Are You Ready for Winter?

Winter may be a warm and cozy season inside your home: decorating for the holidays, entertaining guests, and snuggling on the couch with a good book in front of a warm fire. However, harsh weather can make winter a hazardous time of year.

Over the 20-year period from 1997 to 2016, winter storms caused an estimated $28.2 billion in insured losses in the United States.1 More recently, a series of winter storms that hit the East Coast in the first half of 2018 — including a devastating nor’easter in early March — caused at least 10 deaths and losses of $4 billion, of which less than $3 billion was insured.2–3

Before the cold season arrives, or even if it’s already begun in your part of the country, it would be wise to take some basic maintenance steps to help prepare your home.


Winterizing Checklist

  • Protect your pipes. Set the thermostat at a minimum of 65 degrees to ensure that temperatures inside the walls stay warm enough to prevent pipes from freezing. Install a pressure-release valve in the plumbing system to keep pipes from bursting in freezing temperatures. Most important, know how to shut off your water; quick action could reduce the amount of damage if your pipes do freeze.
  • Add insulation. A well-insulated attic will help keep warm air from escaping through the roof, which can cause a dangerous cycle in which ice or snow melts and refreezes, potentially leading to ice dams or even a roof collapse. Adding insulation to basements, crawl spaces, and unfinished garages also makes it less likely that pipes will freeze and burst.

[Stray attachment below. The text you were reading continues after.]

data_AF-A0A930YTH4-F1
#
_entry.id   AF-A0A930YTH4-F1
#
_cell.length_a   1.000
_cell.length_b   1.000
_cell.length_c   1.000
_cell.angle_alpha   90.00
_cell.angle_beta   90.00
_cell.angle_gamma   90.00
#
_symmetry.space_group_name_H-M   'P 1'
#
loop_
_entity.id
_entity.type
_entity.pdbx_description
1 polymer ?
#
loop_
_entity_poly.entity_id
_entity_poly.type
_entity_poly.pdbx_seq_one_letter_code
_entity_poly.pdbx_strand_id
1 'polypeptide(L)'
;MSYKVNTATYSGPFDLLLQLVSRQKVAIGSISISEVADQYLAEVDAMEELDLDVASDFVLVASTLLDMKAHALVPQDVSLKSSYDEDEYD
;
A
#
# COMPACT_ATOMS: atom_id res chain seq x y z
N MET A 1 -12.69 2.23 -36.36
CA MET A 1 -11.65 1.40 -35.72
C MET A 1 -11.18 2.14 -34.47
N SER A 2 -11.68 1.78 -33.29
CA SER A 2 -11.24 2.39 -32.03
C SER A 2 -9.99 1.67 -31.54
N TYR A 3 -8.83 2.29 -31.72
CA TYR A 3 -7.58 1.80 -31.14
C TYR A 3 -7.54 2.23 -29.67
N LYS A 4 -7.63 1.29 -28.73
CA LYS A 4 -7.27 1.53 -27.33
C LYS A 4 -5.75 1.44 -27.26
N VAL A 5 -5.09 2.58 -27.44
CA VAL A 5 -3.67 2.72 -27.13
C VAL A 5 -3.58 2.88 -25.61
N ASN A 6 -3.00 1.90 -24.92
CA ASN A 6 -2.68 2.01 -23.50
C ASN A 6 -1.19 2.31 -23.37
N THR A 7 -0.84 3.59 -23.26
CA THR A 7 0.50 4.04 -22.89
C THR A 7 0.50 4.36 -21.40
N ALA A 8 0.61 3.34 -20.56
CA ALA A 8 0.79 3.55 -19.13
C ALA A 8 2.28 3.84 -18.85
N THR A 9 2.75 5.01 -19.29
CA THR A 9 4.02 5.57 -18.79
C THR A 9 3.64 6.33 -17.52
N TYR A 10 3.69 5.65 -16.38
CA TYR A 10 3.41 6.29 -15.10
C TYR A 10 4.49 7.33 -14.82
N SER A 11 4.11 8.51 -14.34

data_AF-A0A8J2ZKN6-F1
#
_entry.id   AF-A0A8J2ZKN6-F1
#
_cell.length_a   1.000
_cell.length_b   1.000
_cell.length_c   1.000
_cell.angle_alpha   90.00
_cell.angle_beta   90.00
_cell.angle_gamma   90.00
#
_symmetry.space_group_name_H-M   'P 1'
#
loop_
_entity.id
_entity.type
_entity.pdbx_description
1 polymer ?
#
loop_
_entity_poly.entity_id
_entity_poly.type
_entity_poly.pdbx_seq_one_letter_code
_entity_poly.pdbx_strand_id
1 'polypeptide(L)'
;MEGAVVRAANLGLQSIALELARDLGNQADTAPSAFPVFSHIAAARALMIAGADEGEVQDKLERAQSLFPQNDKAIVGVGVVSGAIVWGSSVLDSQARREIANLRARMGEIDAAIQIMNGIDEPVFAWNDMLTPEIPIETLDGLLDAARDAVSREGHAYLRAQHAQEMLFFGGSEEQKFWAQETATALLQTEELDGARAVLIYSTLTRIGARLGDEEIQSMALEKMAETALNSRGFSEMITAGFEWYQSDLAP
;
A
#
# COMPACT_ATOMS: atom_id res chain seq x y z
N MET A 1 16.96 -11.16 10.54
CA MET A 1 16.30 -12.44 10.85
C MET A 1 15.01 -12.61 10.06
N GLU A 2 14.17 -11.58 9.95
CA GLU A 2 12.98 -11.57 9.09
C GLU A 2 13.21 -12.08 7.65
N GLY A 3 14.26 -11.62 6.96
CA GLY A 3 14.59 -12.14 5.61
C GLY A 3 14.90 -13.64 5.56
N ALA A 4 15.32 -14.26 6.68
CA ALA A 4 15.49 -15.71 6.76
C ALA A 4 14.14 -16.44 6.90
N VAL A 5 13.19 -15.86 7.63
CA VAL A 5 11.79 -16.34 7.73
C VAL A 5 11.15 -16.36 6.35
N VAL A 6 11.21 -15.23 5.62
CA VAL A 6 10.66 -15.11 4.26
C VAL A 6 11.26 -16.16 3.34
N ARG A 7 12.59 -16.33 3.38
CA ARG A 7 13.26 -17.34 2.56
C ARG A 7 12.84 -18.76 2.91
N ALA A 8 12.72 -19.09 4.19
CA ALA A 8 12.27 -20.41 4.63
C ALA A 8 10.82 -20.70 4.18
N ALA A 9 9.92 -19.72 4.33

• Consider fire safety. Have furnaces, fireplaces, and chimneys inspected and cleaned to help prevent fires; installing a chimney screen may keep animals, birds, or debris from entering your chimney. Wood stoves and space heaters should also be checked for defects. Make sure your smoke alarms and carbon monoxide indicators are working, and keep a fire extinguisher handy.
  • Maintain walkways. Repair broken sidewalks, steps, and banisters, and install new handrails where appropriate. Removing snow is hard work, but it’s essential for safety. Have a snow shovel and rock salt on hand so walkways and steps remain clear and dry.
  • Trim trees. Remove dead branches to reduce the risk that ice, snow, or wind will cause them to break and fall. Heavy tree limbs could cause significant damage to your roof or car; even worse, they could injure someone on your property.
  • Clear gutters. Remove all debris and muck from the gutters to help prevent ice dams, which can cause water to seep into the house. Consider adding gutter guards to block leaves from entering gutters in the first place.

A Protective Blanket

Fortunately, standard homeowners insurance policies cover damage (up to policy limits) caused by many major winter-related problems, including burst pipes, ice dams, wind, fire, and falling tree limbs. There is generally a requirement that homeowner’s take reasonable steps to prevent losses such as keeping the house warm and properly maintaining pipes and drains — another reason why winterizing is important.

Standard policies also help provide coverage for liability claims resulting from personal injuries suffered by others on your property.

However, a standard policy by itself might be insufficient for your needs. Insurance for sewer backups may be included in some policies or might require an endorsement. Coverage for flooding typically must be obtained separately. This would apply to flooding caused by melting snow that seeps into a home from the ground up. (Flooding from burst pipes or from melting snow or rain that enters a home from the roof or gutters would typically be covered under a standard policy.)

Although you cannot control the weather, you can help protect your home and family. Once you've winterized your home, you might feel more at ease when you settle down by the fire with that book.